6 Reasons Why You're Spotting & What To Do About It

Photographed by Megan Madden.
What would life even be if your period didn't throw you a curveball every once in a while? Sometimes it's early, sometimes it's late. And, when things get really weird, there's a little trickle of blood a week or two before the real deal shows up. So what the heck is going on when you're spotting? And what's the appropriate level of freaking out for this situation?
Spotting in between periods is incredibly common, says Timothy Ryntz, MD, a gynecologist at NewYork-Presbyterian Hospital. And, although it's not necessarily normal, that bleeding isn't usually anything to be too worried about.
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"The concern is when it happens with consistency," Dr. Ryntz says, meaning more than three cycles in a row. If your spotting is thanks to a one-off hormonal fluctuation, it'll generally sort itself out within three cycles. But, if that doesn't happen, that's a sign that you may be dealing with a more serious cause, such as polycystic ovary syndrome (PCOS).
The other factor to be aware of is the color of your bleeding. Although it might be a little alarming to find dark or brownish-colored blood in your undies, Dr. Ryntz says it's actually more concerning to find bright red blood: "That represents something that’s actively happening," he says, which might be as simple as a small vaginal scrape after rough sex or as serious as cervical cancer. Again, the key is consistency. If it happens once, Dr. Ryntz says it's not a huge deal, but it's worth getting checked out if it happens every time you have sex, for instance.
So, how do you make your spotting stop? "There’s not a lot you can do outside of keeping your general health maintained and taking care of any existing medical conditions," says Dr. Ryntz. That means that your first step in trying to get rid of spotting is figuring out what's causing it. For a definitive answer, you should check in with your gyno. But, to get an idea of what you're in for, continue on.
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You didn't ovulate.

The most common cause of spotting is anovulation, meaning you didn't ovulate that month. But that doesn't stop your endometrial lining from growing. "As the lining builds up, it starts to not be well supported," says Dr. Ryntz. Without support, the lining might start to shed bit by bit, causing spotting.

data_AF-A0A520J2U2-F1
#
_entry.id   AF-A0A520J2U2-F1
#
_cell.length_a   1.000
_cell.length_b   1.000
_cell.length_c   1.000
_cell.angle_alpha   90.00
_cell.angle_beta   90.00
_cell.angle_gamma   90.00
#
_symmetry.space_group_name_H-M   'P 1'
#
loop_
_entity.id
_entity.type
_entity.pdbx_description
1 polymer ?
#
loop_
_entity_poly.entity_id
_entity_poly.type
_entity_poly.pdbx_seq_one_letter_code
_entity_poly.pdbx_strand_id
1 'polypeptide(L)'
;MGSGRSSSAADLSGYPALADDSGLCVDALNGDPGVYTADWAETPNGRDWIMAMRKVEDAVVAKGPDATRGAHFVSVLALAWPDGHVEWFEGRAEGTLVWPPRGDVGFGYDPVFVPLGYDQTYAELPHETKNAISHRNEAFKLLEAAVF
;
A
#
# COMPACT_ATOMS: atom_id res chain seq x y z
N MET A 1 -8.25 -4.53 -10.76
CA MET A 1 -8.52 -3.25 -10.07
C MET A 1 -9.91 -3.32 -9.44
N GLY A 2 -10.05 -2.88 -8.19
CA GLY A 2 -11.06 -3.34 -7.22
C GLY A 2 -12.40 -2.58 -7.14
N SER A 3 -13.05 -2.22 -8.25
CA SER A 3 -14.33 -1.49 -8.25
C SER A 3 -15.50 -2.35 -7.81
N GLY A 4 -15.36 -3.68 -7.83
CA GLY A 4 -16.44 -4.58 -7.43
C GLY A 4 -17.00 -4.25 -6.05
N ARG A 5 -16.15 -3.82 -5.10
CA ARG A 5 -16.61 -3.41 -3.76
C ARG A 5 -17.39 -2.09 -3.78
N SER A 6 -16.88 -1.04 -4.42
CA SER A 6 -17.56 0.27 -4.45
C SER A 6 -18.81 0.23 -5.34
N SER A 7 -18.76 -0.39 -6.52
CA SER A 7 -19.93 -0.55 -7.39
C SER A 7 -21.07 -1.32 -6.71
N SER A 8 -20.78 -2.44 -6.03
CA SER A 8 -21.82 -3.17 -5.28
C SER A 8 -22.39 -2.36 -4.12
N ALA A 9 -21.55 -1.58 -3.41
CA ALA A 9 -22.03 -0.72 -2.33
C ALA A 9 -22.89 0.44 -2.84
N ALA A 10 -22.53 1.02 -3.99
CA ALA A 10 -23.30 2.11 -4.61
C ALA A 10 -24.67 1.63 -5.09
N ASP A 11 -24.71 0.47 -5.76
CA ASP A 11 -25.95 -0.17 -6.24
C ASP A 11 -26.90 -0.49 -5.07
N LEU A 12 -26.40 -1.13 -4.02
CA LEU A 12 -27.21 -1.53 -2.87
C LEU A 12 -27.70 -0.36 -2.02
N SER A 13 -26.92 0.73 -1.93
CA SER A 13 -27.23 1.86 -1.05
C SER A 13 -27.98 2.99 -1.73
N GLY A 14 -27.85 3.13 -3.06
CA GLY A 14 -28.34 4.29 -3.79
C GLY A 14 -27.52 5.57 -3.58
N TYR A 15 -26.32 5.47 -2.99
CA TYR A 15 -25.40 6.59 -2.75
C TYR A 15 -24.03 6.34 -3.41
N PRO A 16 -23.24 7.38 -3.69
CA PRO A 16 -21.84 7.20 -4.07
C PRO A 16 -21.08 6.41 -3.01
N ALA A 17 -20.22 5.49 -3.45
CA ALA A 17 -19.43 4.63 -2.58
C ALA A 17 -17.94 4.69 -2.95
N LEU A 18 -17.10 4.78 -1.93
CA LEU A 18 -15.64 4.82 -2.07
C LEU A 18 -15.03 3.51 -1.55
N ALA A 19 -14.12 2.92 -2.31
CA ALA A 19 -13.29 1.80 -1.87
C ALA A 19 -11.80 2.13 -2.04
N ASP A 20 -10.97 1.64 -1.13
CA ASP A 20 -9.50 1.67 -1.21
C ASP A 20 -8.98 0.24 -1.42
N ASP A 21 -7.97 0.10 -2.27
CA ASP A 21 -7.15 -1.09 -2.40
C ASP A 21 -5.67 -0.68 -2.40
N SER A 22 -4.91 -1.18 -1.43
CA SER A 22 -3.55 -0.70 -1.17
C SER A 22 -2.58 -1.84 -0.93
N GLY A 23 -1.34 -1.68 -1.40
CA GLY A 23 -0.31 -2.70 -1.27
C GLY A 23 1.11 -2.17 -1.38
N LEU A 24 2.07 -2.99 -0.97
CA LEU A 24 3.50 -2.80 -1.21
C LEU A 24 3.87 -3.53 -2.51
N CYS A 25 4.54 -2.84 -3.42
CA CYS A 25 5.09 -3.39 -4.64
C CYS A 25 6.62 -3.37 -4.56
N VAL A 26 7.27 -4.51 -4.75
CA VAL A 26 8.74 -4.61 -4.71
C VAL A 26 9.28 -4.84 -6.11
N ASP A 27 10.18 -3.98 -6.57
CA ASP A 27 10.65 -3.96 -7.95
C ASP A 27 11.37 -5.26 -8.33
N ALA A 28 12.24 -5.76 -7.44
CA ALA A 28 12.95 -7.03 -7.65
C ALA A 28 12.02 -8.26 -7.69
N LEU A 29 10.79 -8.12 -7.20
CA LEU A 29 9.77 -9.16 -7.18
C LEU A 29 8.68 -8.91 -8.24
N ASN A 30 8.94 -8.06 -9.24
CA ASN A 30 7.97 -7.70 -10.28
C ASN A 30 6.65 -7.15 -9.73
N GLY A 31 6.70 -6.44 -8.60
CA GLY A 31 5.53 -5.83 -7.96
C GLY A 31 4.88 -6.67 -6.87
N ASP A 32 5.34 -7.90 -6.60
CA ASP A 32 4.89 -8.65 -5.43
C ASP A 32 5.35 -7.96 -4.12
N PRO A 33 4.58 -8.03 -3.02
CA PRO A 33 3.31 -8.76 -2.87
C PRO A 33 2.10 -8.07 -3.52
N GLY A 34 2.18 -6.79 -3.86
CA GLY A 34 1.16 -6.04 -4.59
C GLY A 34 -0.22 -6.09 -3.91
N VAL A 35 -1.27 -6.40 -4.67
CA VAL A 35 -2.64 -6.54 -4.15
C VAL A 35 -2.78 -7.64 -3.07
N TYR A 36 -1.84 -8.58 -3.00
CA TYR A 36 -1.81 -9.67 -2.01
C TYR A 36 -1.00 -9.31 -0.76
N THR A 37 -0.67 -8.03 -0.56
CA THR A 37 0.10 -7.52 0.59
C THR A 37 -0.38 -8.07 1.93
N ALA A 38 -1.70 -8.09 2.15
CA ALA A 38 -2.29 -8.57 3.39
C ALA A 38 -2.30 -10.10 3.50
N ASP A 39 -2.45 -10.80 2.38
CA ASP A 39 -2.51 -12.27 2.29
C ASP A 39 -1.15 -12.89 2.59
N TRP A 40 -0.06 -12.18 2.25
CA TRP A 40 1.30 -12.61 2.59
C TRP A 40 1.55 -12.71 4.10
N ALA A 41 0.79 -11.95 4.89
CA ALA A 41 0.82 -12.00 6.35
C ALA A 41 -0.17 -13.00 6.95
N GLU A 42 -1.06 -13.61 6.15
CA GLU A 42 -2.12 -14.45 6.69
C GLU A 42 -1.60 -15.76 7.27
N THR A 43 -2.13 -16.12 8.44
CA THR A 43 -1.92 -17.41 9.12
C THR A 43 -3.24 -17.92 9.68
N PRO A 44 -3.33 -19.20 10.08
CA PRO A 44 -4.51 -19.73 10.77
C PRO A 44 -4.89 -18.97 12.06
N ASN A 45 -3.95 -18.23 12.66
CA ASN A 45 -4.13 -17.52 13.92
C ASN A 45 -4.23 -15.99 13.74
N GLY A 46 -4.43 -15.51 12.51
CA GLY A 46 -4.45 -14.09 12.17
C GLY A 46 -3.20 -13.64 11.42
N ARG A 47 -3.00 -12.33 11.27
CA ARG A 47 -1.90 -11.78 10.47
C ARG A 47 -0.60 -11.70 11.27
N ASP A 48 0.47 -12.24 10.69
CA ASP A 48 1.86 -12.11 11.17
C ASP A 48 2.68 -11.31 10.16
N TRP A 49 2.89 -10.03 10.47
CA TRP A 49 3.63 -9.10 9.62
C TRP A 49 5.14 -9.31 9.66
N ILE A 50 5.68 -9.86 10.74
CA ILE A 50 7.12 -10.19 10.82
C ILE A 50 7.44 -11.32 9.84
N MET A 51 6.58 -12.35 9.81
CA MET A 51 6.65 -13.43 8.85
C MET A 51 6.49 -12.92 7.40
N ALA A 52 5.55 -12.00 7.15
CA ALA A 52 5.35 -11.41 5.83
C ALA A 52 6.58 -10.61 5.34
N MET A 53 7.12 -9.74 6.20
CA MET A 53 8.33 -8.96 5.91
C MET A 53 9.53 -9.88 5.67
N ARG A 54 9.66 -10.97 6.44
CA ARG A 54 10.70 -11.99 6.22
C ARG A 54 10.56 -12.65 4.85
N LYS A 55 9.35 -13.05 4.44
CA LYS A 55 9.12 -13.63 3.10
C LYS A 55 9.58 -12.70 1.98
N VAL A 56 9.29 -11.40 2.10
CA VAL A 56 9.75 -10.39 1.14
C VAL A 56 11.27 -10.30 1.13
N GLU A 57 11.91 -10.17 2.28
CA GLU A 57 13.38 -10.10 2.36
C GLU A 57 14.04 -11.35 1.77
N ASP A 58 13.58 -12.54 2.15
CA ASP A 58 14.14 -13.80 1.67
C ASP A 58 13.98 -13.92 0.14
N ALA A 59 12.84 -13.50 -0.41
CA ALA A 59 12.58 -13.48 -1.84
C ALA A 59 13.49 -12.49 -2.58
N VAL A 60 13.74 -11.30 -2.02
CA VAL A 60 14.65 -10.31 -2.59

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Or you did ovulate.

On the other hand, Dr. Ryntz says some people find that the hormonal changes responsible for ovulation (specifically the sharp decrease in estrogen) also cause a bit of bleeding.
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You just had sex.

There are a bunch of reasons why you might bleed after sex. But most commonly, it's due to a small abrasion or tear in the vagina caused by a bit of rough intercourse.
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Your thyroid is out of whack.

One of the many things your thyroid helps regulate is your period. In particular, Dr. Ryntz says an underactive thyroid (hypothyroidism) may cause spotting.
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You have polycystic ovary syndrome.

Because PCOS tends to cause unpredictable periods, Dr. Ryntz says it's also one of the most common causes of spotting. If you skip a period or go for a long time without one, that lining will continue building as if you didn't ovulate.
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There's something more serious happening.

There are a few infections, such as chlamydia and vaginitis, which can cause bleeding. But that bleeding is totally unrelated to your period.

And there is a very small but real chance your spotting is a sign of cervical cancer, says Dr. Ryntz. If that's the case, the bleeding will be a brighter red and will happen consistently. Again, while the chances are low, it's just another smart reason to get spotting checked out by a doc.
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